Cockpit area being detailed with spare parts from Tamiya kit and resin from Avionix.

Pilots are from a Tamiya F-4 kit and resin ejection seats are from Avionix

After painting the cockpit instrument panels, consoles and sidewalls

Pilots after painting

Pilots are in position and I can finally start building an airplane model....

          First Painting Session, black primer overall and small areas of camouflage paint around the cockpit.  This Computer Graphic is basically how I've decided the finished model will appear. 

         I took some time to replicate the TISEO leading edge target acquisition camera located on the left wing inboard flap. None of the 1/32nd scale kits (Revell or Tamiya) feature this device.  This equipped more than half of the newer block aircraft that arrived during the 1973 war from USAF squadrons.  A plastic ball point pen body was perfectly sized. After shaping the piece to fit over top of the leading edge it was glued in position and filled halfway with epoxy putty.  I then added some internal details with MV lenses to the inside and tinted the large reflector with Tamiya clear blue paint.  There is at least one aftermarket flap set that includes this fairing but I didn't have it at the start of the project so I scratch-built my own.

       I tinted the center panel of the forward windscreen a light green shade, as on an actual F-4E.  This was accomplished by mixing a small amount of Tamiya acrylic paints and hand painting with a wide brush stroke. The colors were:  Clear green #X-25 & Clear #X-22.  No specific formula, just mixed few drops of each until I had a nice tint.  I kept applying my mix to a scrap of clear plastic until I had it just right....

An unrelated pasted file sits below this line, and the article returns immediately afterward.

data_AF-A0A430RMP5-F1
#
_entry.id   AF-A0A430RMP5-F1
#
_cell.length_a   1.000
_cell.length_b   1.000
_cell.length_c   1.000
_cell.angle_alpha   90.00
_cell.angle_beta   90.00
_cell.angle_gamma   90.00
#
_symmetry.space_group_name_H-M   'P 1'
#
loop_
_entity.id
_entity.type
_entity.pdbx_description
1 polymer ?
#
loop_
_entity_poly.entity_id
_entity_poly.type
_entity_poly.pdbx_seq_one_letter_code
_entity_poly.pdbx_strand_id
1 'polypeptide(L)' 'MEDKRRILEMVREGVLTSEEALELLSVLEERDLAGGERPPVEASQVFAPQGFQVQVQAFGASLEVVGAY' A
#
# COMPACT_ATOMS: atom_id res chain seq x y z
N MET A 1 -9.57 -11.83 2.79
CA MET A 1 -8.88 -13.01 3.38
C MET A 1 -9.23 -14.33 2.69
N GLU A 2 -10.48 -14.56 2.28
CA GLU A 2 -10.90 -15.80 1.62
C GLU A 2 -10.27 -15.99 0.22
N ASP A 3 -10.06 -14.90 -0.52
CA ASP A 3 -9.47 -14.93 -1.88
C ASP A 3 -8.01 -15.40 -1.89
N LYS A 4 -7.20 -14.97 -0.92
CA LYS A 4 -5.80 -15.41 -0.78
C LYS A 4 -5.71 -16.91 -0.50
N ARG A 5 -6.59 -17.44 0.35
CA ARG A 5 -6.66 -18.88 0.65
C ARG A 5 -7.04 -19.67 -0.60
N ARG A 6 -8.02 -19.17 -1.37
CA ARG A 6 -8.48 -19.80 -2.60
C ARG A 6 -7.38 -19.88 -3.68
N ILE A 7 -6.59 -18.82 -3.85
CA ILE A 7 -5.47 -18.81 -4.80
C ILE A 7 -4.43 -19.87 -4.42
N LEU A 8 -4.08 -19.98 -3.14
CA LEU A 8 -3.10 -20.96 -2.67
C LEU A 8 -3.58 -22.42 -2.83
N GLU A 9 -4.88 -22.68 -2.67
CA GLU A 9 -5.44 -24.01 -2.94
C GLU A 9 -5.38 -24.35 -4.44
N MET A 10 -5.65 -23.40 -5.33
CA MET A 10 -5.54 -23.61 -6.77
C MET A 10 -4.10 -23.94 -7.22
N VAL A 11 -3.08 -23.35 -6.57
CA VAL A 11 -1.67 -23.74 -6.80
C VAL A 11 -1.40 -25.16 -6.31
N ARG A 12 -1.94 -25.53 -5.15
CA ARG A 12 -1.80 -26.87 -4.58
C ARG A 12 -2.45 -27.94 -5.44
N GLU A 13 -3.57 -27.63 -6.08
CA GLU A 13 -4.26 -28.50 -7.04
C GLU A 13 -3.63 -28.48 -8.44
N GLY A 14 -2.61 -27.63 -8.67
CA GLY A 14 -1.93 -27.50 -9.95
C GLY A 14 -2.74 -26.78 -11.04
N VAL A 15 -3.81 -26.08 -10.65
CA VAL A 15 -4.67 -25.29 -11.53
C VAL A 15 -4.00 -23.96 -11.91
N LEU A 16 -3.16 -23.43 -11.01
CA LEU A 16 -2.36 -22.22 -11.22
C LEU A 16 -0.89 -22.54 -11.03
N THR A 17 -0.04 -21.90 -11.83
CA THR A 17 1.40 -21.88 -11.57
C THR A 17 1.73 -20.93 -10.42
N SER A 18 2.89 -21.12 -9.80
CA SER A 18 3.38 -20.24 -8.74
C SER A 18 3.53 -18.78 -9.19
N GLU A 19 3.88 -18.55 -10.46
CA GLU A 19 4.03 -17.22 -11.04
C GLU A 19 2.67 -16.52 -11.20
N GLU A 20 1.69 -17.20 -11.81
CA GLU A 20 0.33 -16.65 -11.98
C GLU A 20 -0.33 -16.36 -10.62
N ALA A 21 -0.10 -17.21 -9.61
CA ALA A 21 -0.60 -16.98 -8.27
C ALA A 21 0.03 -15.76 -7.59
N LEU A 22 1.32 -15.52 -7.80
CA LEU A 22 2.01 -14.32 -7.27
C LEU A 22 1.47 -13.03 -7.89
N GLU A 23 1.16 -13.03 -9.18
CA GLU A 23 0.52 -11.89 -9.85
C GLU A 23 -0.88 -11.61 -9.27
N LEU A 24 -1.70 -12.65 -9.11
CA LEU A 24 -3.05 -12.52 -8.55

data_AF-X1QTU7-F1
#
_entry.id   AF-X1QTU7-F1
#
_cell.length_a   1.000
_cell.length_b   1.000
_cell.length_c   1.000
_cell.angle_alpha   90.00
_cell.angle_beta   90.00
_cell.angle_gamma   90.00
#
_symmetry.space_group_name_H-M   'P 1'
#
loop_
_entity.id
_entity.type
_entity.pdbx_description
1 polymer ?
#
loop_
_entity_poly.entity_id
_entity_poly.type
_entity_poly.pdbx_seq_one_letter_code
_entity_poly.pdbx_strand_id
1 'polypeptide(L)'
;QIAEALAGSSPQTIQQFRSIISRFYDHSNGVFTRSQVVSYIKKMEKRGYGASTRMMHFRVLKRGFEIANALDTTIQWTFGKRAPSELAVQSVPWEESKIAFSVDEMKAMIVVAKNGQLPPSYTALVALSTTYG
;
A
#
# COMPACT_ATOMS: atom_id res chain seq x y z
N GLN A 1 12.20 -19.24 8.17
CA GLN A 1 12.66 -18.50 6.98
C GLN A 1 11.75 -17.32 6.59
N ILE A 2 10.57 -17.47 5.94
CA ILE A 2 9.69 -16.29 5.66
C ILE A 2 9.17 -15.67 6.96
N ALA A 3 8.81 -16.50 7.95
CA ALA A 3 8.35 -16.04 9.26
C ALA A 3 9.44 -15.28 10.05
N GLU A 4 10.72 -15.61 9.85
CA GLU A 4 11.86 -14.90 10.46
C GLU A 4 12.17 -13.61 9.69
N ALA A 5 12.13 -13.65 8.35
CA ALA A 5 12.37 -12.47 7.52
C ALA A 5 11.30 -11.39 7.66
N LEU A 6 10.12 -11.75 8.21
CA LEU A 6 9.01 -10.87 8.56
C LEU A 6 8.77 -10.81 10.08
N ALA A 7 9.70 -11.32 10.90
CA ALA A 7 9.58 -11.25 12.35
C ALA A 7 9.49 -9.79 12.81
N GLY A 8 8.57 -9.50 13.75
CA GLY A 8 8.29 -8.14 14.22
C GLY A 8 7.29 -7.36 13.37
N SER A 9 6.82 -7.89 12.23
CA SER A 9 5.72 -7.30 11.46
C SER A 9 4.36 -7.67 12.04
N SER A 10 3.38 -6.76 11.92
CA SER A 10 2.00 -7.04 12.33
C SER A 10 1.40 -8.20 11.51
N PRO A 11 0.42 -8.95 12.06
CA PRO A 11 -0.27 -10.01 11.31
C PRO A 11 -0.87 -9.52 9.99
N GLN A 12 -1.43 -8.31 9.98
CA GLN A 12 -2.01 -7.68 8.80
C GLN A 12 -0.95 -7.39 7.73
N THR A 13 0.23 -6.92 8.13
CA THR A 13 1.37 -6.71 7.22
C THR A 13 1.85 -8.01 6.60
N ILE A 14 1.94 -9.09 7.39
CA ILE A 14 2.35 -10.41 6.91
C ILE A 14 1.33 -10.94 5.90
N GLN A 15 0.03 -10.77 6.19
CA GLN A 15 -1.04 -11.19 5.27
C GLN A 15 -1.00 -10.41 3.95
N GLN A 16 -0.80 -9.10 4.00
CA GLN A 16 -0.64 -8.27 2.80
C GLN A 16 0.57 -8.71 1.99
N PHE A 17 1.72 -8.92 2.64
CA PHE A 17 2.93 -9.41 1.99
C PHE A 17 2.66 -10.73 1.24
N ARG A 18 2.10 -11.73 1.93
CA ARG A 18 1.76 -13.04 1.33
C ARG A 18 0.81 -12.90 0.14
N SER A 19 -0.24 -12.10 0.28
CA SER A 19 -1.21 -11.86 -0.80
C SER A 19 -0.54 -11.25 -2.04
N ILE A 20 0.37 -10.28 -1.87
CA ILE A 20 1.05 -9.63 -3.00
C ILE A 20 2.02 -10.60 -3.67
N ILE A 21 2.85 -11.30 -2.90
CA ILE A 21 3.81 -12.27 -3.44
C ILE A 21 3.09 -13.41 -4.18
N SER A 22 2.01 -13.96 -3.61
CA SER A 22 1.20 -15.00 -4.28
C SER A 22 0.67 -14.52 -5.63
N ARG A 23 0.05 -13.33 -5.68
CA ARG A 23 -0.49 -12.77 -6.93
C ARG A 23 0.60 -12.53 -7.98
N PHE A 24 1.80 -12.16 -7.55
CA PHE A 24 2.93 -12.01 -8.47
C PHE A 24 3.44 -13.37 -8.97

Final paint scheme prior to application of decals

The In-flight refueling probe (designed by IAI, Israel Aircraft Industries) was added to the replacement aircraft after hostilities ended.  The program carried on for about 15 years to install this feature on the entire fleet of IAF Kurnass aircraft.  The resin add-on part was purchased from "Isradecal Studios", an Israeli scale model accessory, decals and publications company.  The item was a perfect fit and I waited until most of the handling of the model was complete before attaching the delicate probe.  The part in the photo shows how the probe connects to the forward fuel tank.

    Now the fun part...for me anyway.  Stencils !  My problem is finding another full stencil sheet for this model which has proved impossible.  I should have bought 10 Isradecal sets when they were available....Grrrrrrr.  Anyway, I had a 20 year old set from "Aeromaster" and they were barely usable but in the end I managed to position a fair amount without breaking. This is what it looks like now.

Underwing stores:  GBU-15V from Trumpeter, kit AIM-7 Sparrows, Kit AN/ALQ-119 ECM pod, Scratch built Data link pod (per photos from my Israeli friends), AIM-9D Sidewinder kit-bashed from various sources.  The weapons pylon for the AIM-9D was cobbled together from sheet plastic and some parts from the Tamiya F-4E kit.

And now I have a stand.  This is 3/4" inch acrylic rod which I bent arou nd with a heat gun.  Each rod fits exactly into the exhaust nozzle. The base is a heavy block of acrylic weighing over a kilo.

Here was the nerve wracking stage of building this model.  It always makes me cringe to do this.  Applying thinned raw umber oil paint to express and define the panel lines. When it's all removed,  the lines standout very nicely and it all becomes worthwhile.  So, I'll probably do it again on the next model.

THE FINISH.................4 MONTHS LATER..


Yes, I will build commissioned scale models for select clients.  I can be reached by email: